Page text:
Academics Warn of Japanese Debt - ...a time bomb that could wreck the world economy... - : LUSENET : TimeBomb 2000 (Y2000) : One Thread

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FEBRUARY 04, 13:18 EST

Academics Warn of Japanese Debt

By SCOTT STODDARD - Associated Press Writer

TOKYO (AP)  Japan's ballooning public debt, made worse by wasteful public works spending, is a time bomb that could wreck the world economy, two Japanese academics said Friday.

``We are looking at a danger signal blinking near and bright,'' said Akio Ogawa, a lecturer in the Graduate School of Public Policy at Tokyo's Chuo University.

Ogawa and Takayoshi Igarashi, a professor of law at Tokyo's Hosei University, spoke at the Foreign Correspondents' Club of Japan about the need to slash both public works spending and the debt if Japan is to regain its economic might.

Attempting to jump-start the economy, the government has lavished funds on bridges to sparsely populated islands, concrete linings for rivers and roads to nowhere, they said.

Rather than helping the economy or the people, the spending mostly benefits an ``iron triangle'' of powerful politicians, bureaucrats, and businesses, Ogawa and Igarashi said.

The second-richest country in the world is also the world's most indebted nation. Its public debt exceeds 600 trillion yen ($5.5 trillion), or 130 percent of gross national product, Ogawa said. GNP is the value of all goods and services produced by the country.

Worse, the government may be hiding another 100 trillion yen ($926 billion) in debt from a special coffer that the Ministry of Finance uses to make loans to public corporations for infrastructure projects, Ogawa said.

A Finance Ministry official declined to comment on the figure. He did say that none of the loan recipients is in danger of defaulting. The official spoke on customary condition of anonymity.

Japan racked up debt mostly over the past decade as the government, urged on by the United States, tried to spend its way out of its longest economic slump since World War II.

In 1997, Japan spent more than $402 billion on roads, bridges, ports and other public works projects  more than the United States, Canada, Germany, France, Italy and Britain combined, Ogawa said.

Anger over excessive spending on public works boiled over last month when 90 percent of voters in Tokushima, western Japan, rejected a government plan to spend $954 million to dam a river.

Opponents say it will destroy the ecosystem. Construction Ministry officials say it's necessary to stop possible flooding. The government says it will go ahead with the project despite the vote.

Taxpayers will continue footing such bills unless Japan breaks up the league of bureaucrats, executives and politicians who benefit from such largess, Ogawa said.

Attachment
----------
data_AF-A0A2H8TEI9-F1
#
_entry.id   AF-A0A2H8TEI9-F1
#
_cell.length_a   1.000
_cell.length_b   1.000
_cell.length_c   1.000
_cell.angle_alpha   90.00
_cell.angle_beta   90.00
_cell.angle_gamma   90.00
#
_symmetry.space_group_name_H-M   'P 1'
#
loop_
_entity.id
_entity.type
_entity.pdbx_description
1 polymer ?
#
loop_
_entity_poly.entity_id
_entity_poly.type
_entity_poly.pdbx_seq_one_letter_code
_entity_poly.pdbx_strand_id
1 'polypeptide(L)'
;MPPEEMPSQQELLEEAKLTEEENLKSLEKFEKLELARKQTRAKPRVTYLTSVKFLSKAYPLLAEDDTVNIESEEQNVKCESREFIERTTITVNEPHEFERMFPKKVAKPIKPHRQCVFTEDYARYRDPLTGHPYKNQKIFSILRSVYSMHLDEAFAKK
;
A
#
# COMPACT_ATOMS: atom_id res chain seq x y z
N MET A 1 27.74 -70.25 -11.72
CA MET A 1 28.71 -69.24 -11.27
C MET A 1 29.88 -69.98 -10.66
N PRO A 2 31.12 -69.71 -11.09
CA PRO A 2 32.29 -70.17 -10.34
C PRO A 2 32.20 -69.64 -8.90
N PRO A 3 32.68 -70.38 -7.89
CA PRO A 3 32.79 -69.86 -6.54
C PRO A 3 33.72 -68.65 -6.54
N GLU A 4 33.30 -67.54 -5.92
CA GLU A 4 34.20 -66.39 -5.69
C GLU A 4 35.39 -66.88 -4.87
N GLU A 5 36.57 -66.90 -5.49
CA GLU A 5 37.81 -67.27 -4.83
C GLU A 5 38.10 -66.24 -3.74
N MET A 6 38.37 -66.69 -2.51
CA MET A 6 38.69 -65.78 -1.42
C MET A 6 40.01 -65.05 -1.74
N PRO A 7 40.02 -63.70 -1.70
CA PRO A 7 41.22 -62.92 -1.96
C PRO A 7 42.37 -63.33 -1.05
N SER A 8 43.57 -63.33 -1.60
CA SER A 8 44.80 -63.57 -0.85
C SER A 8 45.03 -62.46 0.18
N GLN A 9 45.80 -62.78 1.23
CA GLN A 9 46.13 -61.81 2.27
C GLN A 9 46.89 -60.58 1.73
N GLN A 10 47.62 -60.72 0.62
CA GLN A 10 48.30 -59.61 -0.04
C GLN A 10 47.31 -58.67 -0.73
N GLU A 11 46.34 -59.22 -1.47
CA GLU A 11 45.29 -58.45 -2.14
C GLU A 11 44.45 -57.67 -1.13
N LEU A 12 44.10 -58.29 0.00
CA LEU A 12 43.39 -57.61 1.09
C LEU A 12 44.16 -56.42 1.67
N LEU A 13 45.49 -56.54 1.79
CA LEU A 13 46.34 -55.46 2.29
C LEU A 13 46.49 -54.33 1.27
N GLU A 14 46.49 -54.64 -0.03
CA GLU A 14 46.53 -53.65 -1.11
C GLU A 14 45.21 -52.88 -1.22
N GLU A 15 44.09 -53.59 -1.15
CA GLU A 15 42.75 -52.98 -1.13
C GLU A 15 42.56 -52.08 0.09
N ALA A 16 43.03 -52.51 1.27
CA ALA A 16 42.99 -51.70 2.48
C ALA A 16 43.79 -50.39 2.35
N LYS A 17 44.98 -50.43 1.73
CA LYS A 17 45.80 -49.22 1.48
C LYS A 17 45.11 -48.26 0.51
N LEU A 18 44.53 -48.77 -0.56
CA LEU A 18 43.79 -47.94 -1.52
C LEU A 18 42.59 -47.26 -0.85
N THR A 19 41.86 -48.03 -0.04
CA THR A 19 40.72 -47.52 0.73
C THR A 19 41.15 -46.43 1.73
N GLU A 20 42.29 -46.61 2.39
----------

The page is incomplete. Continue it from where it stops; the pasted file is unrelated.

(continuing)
``Now we face a dire choice between huge tax increases or hyperinflation to help reduce, if not wipe out, the debt that has already got out of control,'' he said.

But the last time the government raised taxes, in April 1997, the economy sank into recession and dragged down the rest of Asia.

The alternative, printing more money, would reduce the value of savings and force up prices, hurting consumer demand and ultimately the economy.

Either way, Japanese purchases of everything from Italian suits to American-made computers and Asian commodities would suffer.

``It's an accident waiting to happen,'' said Matthew Poggi, an economist at Lehman Brothers (Japan) Ltd.

-- snooze button (, February 05, 2000


There aren't good limks to a particular story, but this link is better:


-- snooze button (, February 05, 2000.

Here is another timebomb: EARTHQUAKE!

In 1992 was the American release of Peter Hadfield's book SIXTY SECONDS THAT WILL CHANGE THE WORLD. It dealt with the potential earthquakes which will inevitably hit Tokyo due to the three tectonic plates shifting in the southern ocean bay. The worst case scenario will be a MASSIVE LOSS OF LIFE! However, the extensive fatalities will depend upon the epicenter and time of day.

When these earthquakes totally wreck Tokyo, massive damage will result in panicked selling of US held bonds in order to rebuild the Japanese infrastructure. Wall Street will be unable to stop the panic selling, and America will experience a sudden panic session of fright.

This has NOT YET HAPPENED. But it could...

-- dinosaur (, February 05, 2000.

The Japanese will in all probability need to liquidate their US Bond holdings MUCH sooner than the next earthquake. Look to see them start working on this in the NEAR future, as a way to finance their current accounts, when the banks in Japan rebuff them on a new round of true loans.

Also, if things in the bond market get much more chaotic on the down side, they may decide to take their money and run, which would be MY move but I'm an old privateer who now wears fancy suits. They DO decide to take their money and run, there won't be ANYWHERE in the US to hide from the fallout. I've seen whole planetary systems go FZZZZst when someone BIG took their money and ran.

And one of my good friends here has made his way out of countries with only the clothes on his back in some of these situations, when they went south.


-- Joss Metadi (warhammer@Pride.of.Mandeyne), February 06, 2000.

So where would you run in this case? Options here range from none to none.

-- Tom Carey (, February 06, 2000.

It seems like this is a story that repeats.

"Japanese economy picking up. . . . Japanes economy going south."

I get the feeling the Japanes are indeed hiding some important fac6ts from the world. Only time will tell how big the damage is.

-- Rick (, February 07, 2000.

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